Franks honors rookie title with cash

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Cole Franks rides J Bar J’s Yum Bugs for 85.5 points to finish in a three-way tie for third place in Tuesday’s sixth go-round of the National Finals Rodeo.

LAS VEGAS Cole Franks entered his first National Finals Rodeo as a rookie. If things continue to go as well as they have, he’ll leave Las Vegas as one of bareback riding’s top players.

He rode J Bar J’s Yum Bugs for 85.5 points to finish in a three-way tie for third place during Tuesday’s sixth round of the National Finals Rodeo. He pocketed $11,466 and pushed his Sin City earnings to $70,562.

“It’s awesome,” Franks said after his ride. “It helps with the average. It helps with everything really. It is awesome to be able to come in here the first time and be able to hang with all the big dogs.”

It was a good day for the 20-year-old cowboy from Clarendon, Texas, now a junior at Missouri Valley College in Marshall, Missouri. He was also recognized twice Tuesday as the Bareback Riding Rookie of the Year, first at a luncheon, then during a break in the action at the Thomas & Mack Center.

He sits third in the aggregate race with having a six-ride cumulative score of 516 points, and he’s moved up three spots to ninth in the world standings with $147,955.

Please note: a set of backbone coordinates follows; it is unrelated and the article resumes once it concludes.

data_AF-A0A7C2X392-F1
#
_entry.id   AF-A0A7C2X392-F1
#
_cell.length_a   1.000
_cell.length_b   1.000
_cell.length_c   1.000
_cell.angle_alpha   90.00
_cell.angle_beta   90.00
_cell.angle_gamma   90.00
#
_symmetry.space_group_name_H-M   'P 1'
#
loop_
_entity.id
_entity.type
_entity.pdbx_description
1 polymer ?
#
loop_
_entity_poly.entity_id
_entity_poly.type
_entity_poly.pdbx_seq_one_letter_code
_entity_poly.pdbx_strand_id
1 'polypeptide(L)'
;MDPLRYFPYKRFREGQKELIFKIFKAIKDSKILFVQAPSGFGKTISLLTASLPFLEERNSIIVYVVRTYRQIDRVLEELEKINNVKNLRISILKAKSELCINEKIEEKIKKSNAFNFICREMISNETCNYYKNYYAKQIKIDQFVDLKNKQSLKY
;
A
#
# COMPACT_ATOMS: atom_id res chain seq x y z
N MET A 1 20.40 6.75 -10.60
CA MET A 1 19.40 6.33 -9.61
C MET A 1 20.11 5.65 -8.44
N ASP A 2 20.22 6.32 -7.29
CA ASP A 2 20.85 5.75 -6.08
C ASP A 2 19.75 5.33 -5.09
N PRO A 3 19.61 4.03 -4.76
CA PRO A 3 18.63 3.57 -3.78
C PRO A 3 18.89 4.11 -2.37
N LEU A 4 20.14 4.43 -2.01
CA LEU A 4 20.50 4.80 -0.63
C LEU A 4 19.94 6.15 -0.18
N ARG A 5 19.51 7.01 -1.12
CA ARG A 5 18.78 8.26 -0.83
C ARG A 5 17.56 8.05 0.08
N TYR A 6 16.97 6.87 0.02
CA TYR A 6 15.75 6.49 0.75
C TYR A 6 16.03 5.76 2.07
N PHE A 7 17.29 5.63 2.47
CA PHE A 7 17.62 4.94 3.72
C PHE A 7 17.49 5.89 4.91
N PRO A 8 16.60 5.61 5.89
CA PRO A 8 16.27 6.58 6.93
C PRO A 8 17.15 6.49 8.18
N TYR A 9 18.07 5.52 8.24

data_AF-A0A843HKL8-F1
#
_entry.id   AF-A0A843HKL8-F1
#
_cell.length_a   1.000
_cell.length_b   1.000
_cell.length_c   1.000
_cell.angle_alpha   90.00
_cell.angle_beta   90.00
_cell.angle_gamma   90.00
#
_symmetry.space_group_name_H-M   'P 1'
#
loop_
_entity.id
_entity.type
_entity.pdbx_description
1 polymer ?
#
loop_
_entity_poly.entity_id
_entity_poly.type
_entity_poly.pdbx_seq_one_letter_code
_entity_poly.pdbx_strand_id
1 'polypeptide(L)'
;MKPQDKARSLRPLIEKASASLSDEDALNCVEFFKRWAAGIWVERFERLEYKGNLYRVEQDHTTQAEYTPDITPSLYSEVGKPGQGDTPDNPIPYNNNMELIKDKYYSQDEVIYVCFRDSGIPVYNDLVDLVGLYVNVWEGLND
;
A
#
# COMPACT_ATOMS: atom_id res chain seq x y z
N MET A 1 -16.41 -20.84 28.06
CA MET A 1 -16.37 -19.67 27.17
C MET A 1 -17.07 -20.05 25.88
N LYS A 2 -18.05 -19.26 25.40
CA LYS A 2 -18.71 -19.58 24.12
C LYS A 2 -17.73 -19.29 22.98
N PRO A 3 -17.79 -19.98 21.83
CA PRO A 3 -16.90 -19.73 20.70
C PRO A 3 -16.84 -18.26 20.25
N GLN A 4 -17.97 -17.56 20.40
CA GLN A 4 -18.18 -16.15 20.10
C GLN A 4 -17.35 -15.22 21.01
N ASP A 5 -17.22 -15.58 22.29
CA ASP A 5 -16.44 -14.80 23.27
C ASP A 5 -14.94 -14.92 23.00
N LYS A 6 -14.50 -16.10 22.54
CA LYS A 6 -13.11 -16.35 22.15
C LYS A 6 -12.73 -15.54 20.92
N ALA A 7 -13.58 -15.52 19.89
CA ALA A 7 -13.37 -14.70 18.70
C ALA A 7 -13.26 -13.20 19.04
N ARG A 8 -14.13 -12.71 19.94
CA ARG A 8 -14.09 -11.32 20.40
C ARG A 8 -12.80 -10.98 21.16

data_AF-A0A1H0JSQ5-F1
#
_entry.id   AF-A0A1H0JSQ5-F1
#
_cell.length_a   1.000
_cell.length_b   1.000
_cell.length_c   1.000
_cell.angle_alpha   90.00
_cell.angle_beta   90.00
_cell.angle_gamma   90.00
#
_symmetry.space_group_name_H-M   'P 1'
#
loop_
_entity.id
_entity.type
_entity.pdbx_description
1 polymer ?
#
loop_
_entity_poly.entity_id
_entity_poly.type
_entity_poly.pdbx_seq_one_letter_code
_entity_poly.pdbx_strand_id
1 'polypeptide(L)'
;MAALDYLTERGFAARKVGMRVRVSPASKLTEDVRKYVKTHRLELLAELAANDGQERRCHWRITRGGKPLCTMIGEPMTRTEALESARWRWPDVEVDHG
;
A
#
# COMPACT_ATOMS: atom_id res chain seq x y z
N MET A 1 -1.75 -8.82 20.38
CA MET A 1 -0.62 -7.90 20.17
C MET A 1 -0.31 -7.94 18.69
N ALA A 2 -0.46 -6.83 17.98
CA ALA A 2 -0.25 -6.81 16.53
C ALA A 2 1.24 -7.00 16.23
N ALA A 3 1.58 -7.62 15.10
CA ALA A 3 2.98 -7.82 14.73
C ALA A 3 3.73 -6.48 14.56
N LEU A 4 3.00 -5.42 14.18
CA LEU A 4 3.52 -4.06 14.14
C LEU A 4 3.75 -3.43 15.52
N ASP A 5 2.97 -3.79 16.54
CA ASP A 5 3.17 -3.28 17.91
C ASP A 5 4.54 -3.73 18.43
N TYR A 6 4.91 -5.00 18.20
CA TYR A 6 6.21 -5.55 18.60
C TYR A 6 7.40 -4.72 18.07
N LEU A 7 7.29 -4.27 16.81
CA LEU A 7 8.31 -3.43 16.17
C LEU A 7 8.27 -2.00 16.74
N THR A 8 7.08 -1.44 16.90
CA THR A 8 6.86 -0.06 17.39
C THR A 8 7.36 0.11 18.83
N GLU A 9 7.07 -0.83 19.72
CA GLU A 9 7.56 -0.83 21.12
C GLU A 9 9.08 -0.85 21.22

“I’m just taking it one horse at a time,” he said. “You worry about what you’re getting on that night. Don’t worry about what is coming up. Don’t worry about what happened last night or anything else. Just focus on what you have to do that night. If it doesn’t work it, so bit it; you’ve still got the next day.

“One thing (world champions) Mark Gomes and Jeff Collins have always told me was to use the KISS method: Keep It Simple Stupid; just try to keep it as simple as you can, just one at a time.”

That last horse worked out well. He’d seen fellow bareback rider Garrett Shadbolt try to ride the bronc during the first round, but it didn’t fair very well.

“I knew he would be a little wild at the start, so I wanted to hold my feet through it,” he said, talking about the spur stroke from the animal’s neck to the rigging in rhythm with the horse. “Garrett let them fly, and that’s what messed him up. There’s a lot of stuff going on with that horse, so you just have to hold your feet through it and wait for him to line out a little bit. It feels really good after that.”

Through six nights of ProRodeo’s finale, he has placed five times. His rookie status has evaporated in a flurry of spur strokes on the best horses the sport had to offer through the 2021 season. He has four more nights to continue to cash in.

“This is going very fast,” Franks said. “I was just hanging around, feeling groggy just ready to do, and the next thing you know is it’s over. It just seems like the other day we were starting it out, so it goes by very fast.”


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